Saturday at the Met

Saturday at the Met
‘I like painting best when it looks eternal without boasting about it: an everyday eternity revealed on the street corner: a servant-girl pausing a moment as she scours a saucepan and becoming a Juno on Olympus.’—Renoir.

  1. Don’t go hungry to the Met. Wandering around the still lives yesterday, Claire kept saying. ‘Mmm. I’d love a peach.’ We gave one painting of dripping Brie far more attention than it deserved. ‘God, I’d love some cheese now. Do you think that’s Camembert?’ Jason wasn’t impressed at our suggestibility. ‘God, I’d love a bonnet right now,’ he said, ‘Or maybe some really large milkmaid breasts.’
  2. I am lazy about fine arts. I spend most of my time in galleries—when I can be dragged in—reading the little plaques. I want to know who the subjects are or what story is being told, and I need it explained in words before I can appreciate it. Géricault’s Raft of the Medusa has stayed with me because of Julian Barnes’ chapter on it in A History of the World in 10 ½ Chapters. When we saw those familiar muscular buttocks in another painting yesterday, Jason told me that Géricault claimed he couldn’t paint women. Every time he tried, it turned into a horse.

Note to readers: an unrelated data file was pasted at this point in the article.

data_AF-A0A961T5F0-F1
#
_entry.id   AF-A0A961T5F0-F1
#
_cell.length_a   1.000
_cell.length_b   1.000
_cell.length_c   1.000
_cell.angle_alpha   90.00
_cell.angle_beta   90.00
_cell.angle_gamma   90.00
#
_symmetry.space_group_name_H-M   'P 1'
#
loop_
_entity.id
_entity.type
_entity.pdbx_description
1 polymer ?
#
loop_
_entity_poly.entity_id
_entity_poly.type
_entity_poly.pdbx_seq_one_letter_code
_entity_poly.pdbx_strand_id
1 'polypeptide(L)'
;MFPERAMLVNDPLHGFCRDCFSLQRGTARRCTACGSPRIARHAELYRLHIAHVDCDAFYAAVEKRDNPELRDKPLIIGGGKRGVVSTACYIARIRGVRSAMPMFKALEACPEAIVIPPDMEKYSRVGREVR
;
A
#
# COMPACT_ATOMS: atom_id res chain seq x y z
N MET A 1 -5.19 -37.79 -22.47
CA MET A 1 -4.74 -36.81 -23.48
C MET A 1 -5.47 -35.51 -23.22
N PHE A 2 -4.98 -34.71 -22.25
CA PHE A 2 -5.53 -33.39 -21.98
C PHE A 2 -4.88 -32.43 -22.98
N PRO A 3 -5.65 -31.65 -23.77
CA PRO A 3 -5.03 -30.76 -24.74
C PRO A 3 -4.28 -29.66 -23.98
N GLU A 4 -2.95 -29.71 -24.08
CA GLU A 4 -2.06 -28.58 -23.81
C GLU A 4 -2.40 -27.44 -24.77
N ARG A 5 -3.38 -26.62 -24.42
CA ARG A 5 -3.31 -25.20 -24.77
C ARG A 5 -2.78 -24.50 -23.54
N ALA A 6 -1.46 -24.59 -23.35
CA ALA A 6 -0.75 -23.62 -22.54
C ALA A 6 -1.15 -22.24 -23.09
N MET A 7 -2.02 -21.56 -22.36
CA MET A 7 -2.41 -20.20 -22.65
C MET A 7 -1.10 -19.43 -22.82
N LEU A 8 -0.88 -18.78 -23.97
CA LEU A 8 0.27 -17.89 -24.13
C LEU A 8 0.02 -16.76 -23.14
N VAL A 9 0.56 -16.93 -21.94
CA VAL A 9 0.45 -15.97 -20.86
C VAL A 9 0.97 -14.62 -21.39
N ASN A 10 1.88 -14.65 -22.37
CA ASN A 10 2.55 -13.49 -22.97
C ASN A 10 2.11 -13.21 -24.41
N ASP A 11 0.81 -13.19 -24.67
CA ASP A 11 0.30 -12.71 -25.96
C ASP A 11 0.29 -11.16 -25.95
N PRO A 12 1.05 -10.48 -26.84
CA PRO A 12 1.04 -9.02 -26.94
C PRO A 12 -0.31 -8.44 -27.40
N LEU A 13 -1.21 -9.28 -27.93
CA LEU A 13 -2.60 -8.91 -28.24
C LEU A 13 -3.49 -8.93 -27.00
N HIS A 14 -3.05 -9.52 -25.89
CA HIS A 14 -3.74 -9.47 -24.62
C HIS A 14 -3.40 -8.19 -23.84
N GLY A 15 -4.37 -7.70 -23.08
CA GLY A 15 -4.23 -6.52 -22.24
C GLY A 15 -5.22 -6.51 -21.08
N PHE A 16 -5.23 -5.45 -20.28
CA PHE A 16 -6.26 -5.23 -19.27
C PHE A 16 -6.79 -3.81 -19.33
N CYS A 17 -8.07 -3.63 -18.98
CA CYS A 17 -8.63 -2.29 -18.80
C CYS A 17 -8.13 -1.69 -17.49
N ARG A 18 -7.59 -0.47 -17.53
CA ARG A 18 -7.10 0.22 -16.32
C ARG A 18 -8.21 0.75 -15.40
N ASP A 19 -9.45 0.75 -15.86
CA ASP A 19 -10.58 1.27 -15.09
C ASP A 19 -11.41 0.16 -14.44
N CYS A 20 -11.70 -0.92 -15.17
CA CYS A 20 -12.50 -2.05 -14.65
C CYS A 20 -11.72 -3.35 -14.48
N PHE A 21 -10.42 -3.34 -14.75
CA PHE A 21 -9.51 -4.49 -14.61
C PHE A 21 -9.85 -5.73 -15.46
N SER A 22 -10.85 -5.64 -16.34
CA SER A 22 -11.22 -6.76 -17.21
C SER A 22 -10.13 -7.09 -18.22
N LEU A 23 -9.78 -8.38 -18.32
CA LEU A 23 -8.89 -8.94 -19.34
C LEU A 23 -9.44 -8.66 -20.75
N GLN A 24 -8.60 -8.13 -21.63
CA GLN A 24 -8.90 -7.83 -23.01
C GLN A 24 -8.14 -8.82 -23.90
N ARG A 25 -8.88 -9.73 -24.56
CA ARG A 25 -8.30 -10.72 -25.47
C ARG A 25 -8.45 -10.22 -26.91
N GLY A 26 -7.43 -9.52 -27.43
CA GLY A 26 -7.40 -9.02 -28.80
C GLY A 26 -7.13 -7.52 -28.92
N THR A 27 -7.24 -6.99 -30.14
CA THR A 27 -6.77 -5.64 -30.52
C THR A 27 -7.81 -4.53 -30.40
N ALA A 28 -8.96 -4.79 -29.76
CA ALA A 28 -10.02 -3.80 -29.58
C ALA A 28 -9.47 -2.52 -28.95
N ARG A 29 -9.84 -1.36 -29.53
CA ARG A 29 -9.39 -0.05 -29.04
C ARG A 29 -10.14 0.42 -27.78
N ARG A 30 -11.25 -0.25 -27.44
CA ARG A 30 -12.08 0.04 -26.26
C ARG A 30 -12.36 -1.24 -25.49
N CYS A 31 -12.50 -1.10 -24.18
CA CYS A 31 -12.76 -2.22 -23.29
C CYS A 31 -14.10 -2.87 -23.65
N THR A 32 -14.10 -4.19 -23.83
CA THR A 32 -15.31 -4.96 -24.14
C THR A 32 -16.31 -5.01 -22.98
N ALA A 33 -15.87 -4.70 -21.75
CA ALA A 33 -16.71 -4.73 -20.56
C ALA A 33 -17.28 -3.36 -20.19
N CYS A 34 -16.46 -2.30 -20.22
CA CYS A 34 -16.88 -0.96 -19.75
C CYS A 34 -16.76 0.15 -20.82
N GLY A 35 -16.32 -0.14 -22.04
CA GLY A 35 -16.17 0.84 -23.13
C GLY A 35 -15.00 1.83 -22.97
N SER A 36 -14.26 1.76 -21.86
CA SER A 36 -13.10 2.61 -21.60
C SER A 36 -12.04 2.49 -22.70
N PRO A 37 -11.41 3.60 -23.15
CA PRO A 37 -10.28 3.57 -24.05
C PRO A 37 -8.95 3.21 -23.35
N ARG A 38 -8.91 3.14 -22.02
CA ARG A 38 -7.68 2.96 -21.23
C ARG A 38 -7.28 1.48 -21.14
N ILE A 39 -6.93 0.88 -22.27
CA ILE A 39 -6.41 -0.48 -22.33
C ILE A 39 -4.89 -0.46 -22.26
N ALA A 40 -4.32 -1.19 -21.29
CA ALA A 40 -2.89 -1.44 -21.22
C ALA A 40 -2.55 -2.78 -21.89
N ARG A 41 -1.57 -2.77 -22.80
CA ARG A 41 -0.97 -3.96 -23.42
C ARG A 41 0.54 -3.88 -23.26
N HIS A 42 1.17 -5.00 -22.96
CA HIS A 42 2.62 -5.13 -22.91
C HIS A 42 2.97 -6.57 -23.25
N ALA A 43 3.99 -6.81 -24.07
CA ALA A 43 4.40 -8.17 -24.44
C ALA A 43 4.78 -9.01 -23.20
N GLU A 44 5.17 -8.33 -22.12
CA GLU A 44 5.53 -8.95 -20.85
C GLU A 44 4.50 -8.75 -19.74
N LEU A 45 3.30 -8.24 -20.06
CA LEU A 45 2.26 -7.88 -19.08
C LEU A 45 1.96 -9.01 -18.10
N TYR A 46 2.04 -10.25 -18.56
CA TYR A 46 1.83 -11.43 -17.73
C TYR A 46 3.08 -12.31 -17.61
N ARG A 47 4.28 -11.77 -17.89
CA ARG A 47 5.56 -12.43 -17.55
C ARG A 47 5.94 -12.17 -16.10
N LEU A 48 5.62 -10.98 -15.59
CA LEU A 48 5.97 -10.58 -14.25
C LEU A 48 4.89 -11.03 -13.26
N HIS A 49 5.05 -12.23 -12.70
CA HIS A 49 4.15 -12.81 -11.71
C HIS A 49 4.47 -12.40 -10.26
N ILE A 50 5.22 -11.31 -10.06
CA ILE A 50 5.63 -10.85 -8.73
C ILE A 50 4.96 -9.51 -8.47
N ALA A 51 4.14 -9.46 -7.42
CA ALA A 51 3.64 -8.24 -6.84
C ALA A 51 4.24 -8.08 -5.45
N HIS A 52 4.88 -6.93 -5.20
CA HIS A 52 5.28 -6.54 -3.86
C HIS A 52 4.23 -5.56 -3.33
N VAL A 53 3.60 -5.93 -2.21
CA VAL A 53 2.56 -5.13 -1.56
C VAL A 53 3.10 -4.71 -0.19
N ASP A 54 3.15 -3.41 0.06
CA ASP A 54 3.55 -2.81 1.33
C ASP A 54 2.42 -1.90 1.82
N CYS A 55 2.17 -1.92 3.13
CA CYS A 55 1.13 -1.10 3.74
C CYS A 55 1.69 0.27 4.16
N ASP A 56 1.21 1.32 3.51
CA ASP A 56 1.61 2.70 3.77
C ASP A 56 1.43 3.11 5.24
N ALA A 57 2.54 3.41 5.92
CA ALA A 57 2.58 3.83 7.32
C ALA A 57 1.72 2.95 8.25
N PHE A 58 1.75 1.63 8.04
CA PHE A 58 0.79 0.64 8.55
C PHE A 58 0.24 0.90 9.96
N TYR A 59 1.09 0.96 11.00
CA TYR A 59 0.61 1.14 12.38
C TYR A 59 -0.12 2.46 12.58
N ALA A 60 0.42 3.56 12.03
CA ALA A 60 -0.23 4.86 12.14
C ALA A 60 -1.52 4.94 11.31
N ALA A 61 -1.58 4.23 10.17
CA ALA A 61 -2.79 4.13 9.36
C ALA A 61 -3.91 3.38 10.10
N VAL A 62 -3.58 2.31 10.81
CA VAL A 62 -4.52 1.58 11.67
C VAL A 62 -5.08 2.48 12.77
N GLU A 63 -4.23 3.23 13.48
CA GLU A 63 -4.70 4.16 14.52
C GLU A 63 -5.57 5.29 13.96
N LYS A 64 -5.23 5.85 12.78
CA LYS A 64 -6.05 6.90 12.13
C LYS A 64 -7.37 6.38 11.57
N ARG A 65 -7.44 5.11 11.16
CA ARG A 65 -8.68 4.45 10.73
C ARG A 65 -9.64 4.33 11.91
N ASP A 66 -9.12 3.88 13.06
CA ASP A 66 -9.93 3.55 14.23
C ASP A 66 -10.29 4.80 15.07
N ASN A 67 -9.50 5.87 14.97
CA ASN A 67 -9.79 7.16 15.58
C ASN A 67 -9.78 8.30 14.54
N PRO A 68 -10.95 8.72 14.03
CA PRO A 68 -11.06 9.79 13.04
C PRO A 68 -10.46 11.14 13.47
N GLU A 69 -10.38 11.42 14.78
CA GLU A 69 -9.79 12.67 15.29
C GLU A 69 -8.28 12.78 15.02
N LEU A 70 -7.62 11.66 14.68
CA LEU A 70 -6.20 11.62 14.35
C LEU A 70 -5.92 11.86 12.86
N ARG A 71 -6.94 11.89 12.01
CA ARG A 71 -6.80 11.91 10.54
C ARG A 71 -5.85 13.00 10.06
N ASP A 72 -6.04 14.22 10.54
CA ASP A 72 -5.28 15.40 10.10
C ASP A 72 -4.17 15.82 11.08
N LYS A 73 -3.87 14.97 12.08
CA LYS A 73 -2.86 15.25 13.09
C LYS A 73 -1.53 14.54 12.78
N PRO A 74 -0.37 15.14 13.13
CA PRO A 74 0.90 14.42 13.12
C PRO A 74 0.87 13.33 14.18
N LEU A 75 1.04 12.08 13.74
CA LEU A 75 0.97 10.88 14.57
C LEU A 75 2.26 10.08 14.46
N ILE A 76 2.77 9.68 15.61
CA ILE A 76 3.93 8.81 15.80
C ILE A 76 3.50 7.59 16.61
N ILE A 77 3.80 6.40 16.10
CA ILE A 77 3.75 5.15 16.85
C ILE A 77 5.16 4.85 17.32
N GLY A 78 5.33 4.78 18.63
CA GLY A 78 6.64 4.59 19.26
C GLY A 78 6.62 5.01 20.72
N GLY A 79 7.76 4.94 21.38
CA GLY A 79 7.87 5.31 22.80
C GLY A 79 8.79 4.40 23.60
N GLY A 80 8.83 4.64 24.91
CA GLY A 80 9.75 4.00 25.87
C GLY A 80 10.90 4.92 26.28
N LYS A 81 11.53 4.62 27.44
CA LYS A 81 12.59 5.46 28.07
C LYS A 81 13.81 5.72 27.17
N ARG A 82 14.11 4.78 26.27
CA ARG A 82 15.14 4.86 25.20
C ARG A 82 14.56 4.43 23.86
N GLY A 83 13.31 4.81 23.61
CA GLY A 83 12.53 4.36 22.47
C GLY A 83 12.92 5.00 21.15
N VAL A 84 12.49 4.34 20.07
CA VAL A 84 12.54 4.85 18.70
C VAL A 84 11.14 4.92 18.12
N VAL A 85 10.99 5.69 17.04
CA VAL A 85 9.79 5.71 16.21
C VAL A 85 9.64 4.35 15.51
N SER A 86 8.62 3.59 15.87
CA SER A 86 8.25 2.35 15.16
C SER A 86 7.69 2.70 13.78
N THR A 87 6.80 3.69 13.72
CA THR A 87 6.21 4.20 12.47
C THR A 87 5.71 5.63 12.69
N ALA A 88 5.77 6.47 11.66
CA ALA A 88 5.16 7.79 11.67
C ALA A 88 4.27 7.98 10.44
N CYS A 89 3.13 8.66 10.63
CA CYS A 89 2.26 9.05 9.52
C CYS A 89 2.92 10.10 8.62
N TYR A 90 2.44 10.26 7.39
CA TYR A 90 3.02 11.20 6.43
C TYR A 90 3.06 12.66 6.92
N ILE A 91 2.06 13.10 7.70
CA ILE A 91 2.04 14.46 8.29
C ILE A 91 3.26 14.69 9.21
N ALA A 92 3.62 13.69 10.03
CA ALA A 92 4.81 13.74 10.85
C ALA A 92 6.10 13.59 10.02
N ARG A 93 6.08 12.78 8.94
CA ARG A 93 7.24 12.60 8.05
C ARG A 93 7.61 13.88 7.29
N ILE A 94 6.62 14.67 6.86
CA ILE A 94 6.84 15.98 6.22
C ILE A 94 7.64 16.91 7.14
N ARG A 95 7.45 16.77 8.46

3. At sixteen, I worked a summer as a jeune fille au pair in Quimper, Brittany. My host family was very dutiful about exposing me to Culture, and we trekked to Pont l’Eveque to see the Gauguin hometown museum. Lots of paintings of Breton women fetching water. The colors were subdued; the grays and browns of Brittany, and the strange birdlike black-and-white headdresses of the women. To see Gauguin’s riotous Tahiti paintings is like watching the Wizard of Oz when it bursts into Technicolor. That Tahitian Madonna is worth death from syphilis.
  4. In Corot’s Hagar in the Wilderness, an angel flies like Superman, face down, wings overhead. This bothered me. Angels fly standing up, as if they had jet packs. Everyone knows that.
  5. A man and woman argued in front of Van Gogh’s Irises. I was drawn in by their Indian accents.
    ‘Why is this good? Why is this great? Look, it’s so simple. Easy. Why do you say this is great when anyone could do it?’ His male friend nodded.

    ‘You can’t assess it just as one single painting. I mean, you have to take it as part of a body of work…’ She trailed off, and he was unconvinced.
    Van Gogh has the same marketing problem as Shakespeare. They taught us a whole new way of seeing, and they taught us so well that we can’t remember what it was like before.

  6. Irving Penn’s Nudes are extraordinary, good enough to cut through the curator’s cloying prose about ‘yeasty breasts and thighs’ (ugh!). The square Rollei prints cut off the women’s faces, but they are still vital as they twist from one frame into the next, not so much posing as dancing or rolling over in bed. The photos are sometimes monumental desert landscapes, sometimes portraits. Once I was taken aback by the Mona Lisa smile of a woman’s navel creased in fat, topped weirdly by the ‘eyes’ of her nipples. The skinny New Yorkers who wandered around the exhibition fixated on the mounds of fat. ‘Oh my God,’ they kept saying, clearly terrified by proximity to these cinnamon rolls of flesh. Could such abundance be catching?